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Textile recycling is the method of reusing or reprocessing used clothing, fibrous material and clothing scraps from the manufacturing process. Textiles in municipal solid waste are found mainly in discarded clothing, although other sources include furniture, carpets, tires, footwear, and nondurable goods such as sheets and towels.
Textiles and leather recycling categories
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- Cotton Recycling
- Wool Recycling
- Burlap, Jute, and Sisal Recycling
- Polyurethane Foam Recycling
- Polyester and Polyester Fiber Recycling
- Nylon and Nylon Fiber Recycling
- Other Synthetic Fiber Recycling
- Carpet Recycling
- Rags and Wipers
- Used and Recycled Bags
- Used Clothing
- Leather Recycling
- Textile Recycling Employment
For consumers the most common way of recycling textiles is reuse through reselling or donating to charity (Goodwill Industries, Salvation Army, etc.) However certain communities in the United States have been accepting textiles in curbside pickup since 1990. The textiles must be clean and dry for them to be accepted being recycled.
Some companies, such as Patagonia, an outdoor clothing and gear company, accept their product back for recycling. Other companies, like USAgain, are for-profit textile recycling companies using collection bins at a variety of sites. Textile recycling equipment plays an important part in the textile recycling industry - Standard and high-efficiency textile recycling equipment is quite important for supporting the textile industry. So far,the most popular and widely accepted clothing recycling bin is designed and manufactured by JNZ enterprise, which uses a high safety chute that is easily opened and closed.
After collection of the textiles, workers sort and separate collected textiles by quality, and as well as shoes which can be reused.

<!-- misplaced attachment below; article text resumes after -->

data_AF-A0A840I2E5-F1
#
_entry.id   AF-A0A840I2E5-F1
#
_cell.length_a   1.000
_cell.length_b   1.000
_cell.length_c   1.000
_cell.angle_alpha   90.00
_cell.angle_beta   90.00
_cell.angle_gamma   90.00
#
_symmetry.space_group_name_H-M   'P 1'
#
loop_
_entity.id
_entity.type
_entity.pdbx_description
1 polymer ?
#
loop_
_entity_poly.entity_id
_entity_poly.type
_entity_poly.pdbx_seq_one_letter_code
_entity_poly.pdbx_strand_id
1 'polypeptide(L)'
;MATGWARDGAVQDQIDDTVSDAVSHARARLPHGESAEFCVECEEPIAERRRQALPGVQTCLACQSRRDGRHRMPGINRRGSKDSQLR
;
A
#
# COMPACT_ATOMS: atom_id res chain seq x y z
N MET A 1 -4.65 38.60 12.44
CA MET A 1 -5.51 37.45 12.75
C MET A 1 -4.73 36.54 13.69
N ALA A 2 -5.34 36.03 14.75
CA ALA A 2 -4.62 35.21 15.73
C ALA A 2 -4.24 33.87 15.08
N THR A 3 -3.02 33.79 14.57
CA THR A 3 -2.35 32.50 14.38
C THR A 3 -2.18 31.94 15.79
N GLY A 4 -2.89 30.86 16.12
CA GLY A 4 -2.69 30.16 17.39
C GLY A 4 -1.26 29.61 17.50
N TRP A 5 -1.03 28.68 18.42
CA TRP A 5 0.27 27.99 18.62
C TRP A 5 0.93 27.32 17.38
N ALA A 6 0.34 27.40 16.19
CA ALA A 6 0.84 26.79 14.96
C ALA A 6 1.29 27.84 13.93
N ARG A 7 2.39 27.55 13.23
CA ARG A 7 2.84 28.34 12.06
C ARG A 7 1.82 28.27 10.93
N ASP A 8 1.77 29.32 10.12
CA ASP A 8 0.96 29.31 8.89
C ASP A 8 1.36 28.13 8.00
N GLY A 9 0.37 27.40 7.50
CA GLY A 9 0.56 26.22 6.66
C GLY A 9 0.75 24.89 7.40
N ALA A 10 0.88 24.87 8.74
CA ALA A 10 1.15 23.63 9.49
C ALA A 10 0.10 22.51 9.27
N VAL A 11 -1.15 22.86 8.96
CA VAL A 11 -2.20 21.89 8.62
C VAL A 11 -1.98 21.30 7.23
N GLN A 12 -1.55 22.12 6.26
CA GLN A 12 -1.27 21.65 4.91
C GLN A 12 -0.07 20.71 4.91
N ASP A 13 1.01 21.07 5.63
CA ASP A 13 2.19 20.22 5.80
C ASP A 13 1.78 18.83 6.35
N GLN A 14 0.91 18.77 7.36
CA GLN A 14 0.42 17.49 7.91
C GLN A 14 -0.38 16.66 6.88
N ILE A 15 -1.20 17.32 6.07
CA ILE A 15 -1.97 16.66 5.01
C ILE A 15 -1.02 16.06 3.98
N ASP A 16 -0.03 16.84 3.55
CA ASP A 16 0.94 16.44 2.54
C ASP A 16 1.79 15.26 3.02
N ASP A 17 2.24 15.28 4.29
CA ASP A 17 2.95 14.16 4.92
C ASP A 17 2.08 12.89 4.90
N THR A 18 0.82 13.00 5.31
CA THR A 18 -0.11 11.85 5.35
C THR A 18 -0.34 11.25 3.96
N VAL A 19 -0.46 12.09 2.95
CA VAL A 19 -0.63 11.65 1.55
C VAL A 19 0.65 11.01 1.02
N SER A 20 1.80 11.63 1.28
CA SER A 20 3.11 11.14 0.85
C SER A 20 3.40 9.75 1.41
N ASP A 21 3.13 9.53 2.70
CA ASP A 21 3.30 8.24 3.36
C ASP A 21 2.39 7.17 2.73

Conversion to rags
Damaged textiles are sorted out to make industrial wiping cloths and other items.
If textile re-processors receive wet or soiled clothes however, these may still end up being disposed of in landfill, as the washing and drying facilities are not present at sorting units. This then affects the environment.
Clothing fabric generally consists of composites of cotton (biodegradable material) and synthetic plastics. The textile's composition will affect its durability and method of recycling.
Fiber reclamation mills grade incoming material into type and color. The color sorting means no re-dying has to take place, saving energy and pollutants. The textiles are shredded into "shoddy" fibers and blended with other selected fibers, depending on the intended end use of the recycled yarn. The blended mixture is carded to clean and mix the fibers and spun ready for weaving or knitting. The fibers can also be compressed for mattress production. Textiles sent to the flocking industry are shredded to make filling material for car insulation, roofing felts, loudspeaker cones, panel linings and furniture padding.
For specialized polyester based materials the recycling process is significantly different. The first step is to remove the buttons and zippers then to cut the garments into small pieces. The shredded fabric is then granulated and formed into small pellets. The pellets are broken down polymerized and turned into polyester chips. The chips are melted and spun into new filament fiber used to make new polyester fabrics.
Some companies are creating new pieces of clothing from scraps of old clothes. By combining and making new additions, the eclectic garments are marketed as a type of style.
|Year||Percent of textile recovered in the U.S.|
- http://www.patagonia.com Patagonia Common Threads Garment Recycling
- Mitchell, Kathy. "People, planet, profit focus of Stone Mountain textile recyclers". The Champion Newspaper. Retrieved 4 September 2013.
- Councils "need to understand" importance of textile quality, www.letsrecycle.com, Retrieved 24.11.06
- textiles recycling
- http://www.patagonia.com Common Threads Garment Recycling
- EPA. Municipal Solid Waste Generation, Recycling, and Disposal in the United States: Facts and Figures for 2003.
- Municipal Solid Waste in the United States: 2005 Facts and Figures